The range of sweets on offer is impressive and there is something to please everyone. The chocolate shooter is unique. A shooter glass has been fashioned from dense chocolate chip cookie dough and baked to a crisp. The cup is lined with hardened dark chocolate and filled with liquid chocolate. It is a generous portion so we are unable to finish it in one ‘shot’. Delicious.
Normally I am drawn to macarons by their prettiness only to be let down by the sugariness. These two macarons are different. They are still attractive, but flavourful without being overly sweet. I sample the red one first, thinking I will only eat half. The slightly crisp shell is light raspberry with a tangy bit of jelly in the core. Who was I kidding? I must eat the second half. In the second macaron I detect a gentle taste of vanilla. A perfect balance of sweetness to flavour is achieved. Next I sample the bite size hazelnut choux and the cake pop. The light and airy cream puff pastry is filled with a mild hazelnut flavoured cream. The cake pop in contrast is quite dense and comes in its own glass dish filled with white chocolate beads. A lonely fruit tartelette is left sitting atop the tiered service plate. Can I do it justice? I must try. Luckily, it is petite and filled with fresh fruit. I was wise to leave this as my last bite.
Monica and I confer and decide that since it was Friday afternoon, we could justify a cocktail to round out the experience. The St. Regis claims the Bloody Mary as its signature cocktail, having been invented by the bartender in its New York location in 1934. Today, you can enjoy a version of this cocktail in each of the 57 St. Regis locations, each incorporating local ingredients to make it their own. The Drawing Room here in Kuala Lumpur introduces asam boi, calamansi, and Sarawak black pepper. It adds the vibrant combination of sour plum, fresh lime and fragrant pepper. We tried one of these (RM58) and one of the Champagne cocktails (RM120) flavored with apricot and berries, which Mon gives a big thumbs up to.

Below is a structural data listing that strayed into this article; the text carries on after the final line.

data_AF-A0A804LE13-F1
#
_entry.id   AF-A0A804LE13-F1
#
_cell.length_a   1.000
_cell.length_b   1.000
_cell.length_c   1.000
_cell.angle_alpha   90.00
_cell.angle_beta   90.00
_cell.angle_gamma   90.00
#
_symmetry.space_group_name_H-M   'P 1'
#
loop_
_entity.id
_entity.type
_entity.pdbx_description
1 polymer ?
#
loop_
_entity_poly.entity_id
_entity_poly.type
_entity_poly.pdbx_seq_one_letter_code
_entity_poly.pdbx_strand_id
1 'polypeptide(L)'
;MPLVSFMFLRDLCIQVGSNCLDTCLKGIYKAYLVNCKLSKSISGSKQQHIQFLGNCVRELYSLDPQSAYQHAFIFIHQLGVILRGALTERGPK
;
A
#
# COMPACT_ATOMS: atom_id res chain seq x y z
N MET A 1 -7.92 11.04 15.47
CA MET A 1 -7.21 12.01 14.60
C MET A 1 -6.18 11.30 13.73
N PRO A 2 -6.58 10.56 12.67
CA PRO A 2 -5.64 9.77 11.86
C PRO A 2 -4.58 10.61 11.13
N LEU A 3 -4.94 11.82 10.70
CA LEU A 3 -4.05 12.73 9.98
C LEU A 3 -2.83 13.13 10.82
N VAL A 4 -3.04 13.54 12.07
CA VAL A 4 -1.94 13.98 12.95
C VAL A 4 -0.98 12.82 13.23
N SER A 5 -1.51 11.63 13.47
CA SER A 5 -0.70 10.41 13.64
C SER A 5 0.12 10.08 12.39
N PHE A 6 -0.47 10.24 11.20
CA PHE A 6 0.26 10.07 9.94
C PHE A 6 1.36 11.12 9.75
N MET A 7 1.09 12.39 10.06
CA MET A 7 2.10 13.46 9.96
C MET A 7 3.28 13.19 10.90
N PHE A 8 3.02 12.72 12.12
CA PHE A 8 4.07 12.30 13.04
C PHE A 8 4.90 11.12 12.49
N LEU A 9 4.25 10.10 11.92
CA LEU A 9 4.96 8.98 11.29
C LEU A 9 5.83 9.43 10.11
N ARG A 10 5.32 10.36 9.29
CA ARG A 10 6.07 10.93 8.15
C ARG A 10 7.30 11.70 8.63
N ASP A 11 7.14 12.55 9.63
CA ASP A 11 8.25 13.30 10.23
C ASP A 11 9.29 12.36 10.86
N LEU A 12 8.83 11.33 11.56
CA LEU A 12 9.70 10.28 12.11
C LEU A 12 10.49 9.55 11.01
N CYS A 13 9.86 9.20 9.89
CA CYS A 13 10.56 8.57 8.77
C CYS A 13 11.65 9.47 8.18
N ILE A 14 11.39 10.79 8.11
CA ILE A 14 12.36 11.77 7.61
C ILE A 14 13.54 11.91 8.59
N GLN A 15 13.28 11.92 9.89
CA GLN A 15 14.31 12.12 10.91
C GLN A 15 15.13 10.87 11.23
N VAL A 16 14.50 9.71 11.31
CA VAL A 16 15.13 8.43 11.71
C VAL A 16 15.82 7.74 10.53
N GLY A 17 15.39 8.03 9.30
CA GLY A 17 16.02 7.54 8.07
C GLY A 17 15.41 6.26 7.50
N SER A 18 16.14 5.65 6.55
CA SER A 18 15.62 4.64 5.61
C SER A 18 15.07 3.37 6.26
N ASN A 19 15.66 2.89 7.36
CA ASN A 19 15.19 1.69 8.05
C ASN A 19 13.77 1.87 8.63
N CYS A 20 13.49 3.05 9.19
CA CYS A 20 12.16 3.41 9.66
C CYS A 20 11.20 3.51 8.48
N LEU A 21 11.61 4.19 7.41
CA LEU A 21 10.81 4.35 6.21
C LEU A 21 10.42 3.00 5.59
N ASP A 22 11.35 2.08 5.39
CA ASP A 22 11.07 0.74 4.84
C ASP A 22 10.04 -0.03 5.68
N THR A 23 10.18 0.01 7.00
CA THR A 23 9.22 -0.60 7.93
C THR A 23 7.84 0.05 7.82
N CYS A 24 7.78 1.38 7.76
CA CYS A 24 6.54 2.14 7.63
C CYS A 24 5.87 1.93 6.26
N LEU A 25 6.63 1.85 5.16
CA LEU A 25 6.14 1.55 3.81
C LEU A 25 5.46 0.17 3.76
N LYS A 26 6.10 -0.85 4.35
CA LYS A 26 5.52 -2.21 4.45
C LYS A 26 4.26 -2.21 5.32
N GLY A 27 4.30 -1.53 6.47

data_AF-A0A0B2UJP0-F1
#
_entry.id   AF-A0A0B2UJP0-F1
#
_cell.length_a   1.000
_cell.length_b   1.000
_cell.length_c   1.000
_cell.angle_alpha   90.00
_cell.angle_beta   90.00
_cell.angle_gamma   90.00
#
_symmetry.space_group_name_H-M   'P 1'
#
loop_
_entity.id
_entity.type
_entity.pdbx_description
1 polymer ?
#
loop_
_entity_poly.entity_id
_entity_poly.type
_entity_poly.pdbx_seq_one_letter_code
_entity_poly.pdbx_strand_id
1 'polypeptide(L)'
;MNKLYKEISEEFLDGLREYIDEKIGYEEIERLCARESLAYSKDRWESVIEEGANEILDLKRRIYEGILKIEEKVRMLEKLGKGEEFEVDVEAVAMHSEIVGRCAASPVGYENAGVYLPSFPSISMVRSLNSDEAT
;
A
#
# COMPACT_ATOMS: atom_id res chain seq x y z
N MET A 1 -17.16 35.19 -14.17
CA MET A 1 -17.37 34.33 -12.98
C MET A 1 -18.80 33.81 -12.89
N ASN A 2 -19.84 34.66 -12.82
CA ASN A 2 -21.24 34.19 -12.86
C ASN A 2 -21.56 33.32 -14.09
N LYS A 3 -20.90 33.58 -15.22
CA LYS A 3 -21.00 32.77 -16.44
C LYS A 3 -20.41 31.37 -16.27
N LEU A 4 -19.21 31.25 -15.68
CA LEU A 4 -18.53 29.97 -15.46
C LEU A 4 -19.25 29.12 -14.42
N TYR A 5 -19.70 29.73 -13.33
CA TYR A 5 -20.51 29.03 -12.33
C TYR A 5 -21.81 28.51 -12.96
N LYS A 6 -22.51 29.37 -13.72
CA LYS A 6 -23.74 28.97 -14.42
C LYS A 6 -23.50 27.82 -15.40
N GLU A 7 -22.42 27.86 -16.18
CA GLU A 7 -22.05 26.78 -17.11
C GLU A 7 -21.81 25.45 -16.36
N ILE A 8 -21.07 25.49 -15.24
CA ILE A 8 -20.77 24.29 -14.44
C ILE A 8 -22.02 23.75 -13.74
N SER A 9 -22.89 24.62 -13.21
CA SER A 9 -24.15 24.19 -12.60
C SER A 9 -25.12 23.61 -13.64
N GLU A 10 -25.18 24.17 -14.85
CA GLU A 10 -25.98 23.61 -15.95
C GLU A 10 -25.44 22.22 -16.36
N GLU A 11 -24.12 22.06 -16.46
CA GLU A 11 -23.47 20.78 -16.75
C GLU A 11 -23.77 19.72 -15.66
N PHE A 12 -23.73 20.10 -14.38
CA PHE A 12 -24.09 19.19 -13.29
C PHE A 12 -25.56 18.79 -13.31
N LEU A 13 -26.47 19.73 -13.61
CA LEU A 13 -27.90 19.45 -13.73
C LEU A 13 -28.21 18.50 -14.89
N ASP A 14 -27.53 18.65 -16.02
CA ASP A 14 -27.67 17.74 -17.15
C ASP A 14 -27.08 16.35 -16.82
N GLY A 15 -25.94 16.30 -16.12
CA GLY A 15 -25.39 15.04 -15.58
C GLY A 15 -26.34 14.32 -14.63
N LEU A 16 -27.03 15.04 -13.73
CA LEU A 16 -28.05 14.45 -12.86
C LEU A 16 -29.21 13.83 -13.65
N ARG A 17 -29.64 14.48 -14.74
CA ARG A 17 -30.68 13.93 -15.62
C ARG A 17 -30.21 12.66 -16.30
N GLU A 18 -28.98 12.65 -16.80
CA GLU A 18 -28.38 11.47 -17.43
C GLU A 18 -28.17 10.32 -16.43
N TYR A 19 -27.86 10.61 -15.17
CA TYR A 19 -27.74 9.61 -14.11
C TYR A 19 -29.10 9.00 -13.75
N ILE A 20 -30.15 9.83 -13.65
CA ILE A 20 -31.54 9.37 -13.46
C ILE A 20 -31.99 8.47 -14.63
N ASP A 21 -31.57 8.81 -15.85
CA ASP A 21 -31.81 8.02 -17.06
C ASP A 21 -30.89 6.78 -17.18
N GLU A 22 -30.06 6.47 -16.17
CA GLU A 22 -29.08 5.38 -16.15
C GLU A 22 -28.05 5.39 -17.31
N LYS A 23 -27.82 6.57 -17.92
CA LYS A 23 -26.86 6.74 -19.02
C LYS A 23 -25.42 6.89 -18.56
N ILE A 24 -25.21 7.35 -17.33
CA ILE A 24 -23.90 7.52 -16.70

All good things must close at some point and it’s with a passing of the lobby so does our afternoon. In addition to the Botero horse sculpture, the lobby is flanked by two wall-sized artworks by Mark Evans. The artist captures the powerful action of a polo match by digging and burying himself in a hole in the middle of the polo field and observing from that vantage point. The image is embossed in massive leather panels. The afternoon is complete and I am sufficiently satiated and will no doubt be able to sustain myself until a late dinner. The smart yet casual vibe of The Drawing Room, accented by original works of art, is the perfect setting to indulge in afternoon tea with friends, family or business acquaintances.
Afternoon Tea (RM140) is inclusive of tea, coffee, or hot chocolate, finger sandwich canapés, and a three tiered selection of scones and pastries. In addition a signature cocktail (RM58) or a Champagne cocktail (RM120) further lush up the session.
Reasons to visit: fabulous art pieces, loads of natural light, exquisite service, the scones are fab, the chocolate shots a must-indulge, and who doesn’t deserve a bubbly cocktail after a long day at work?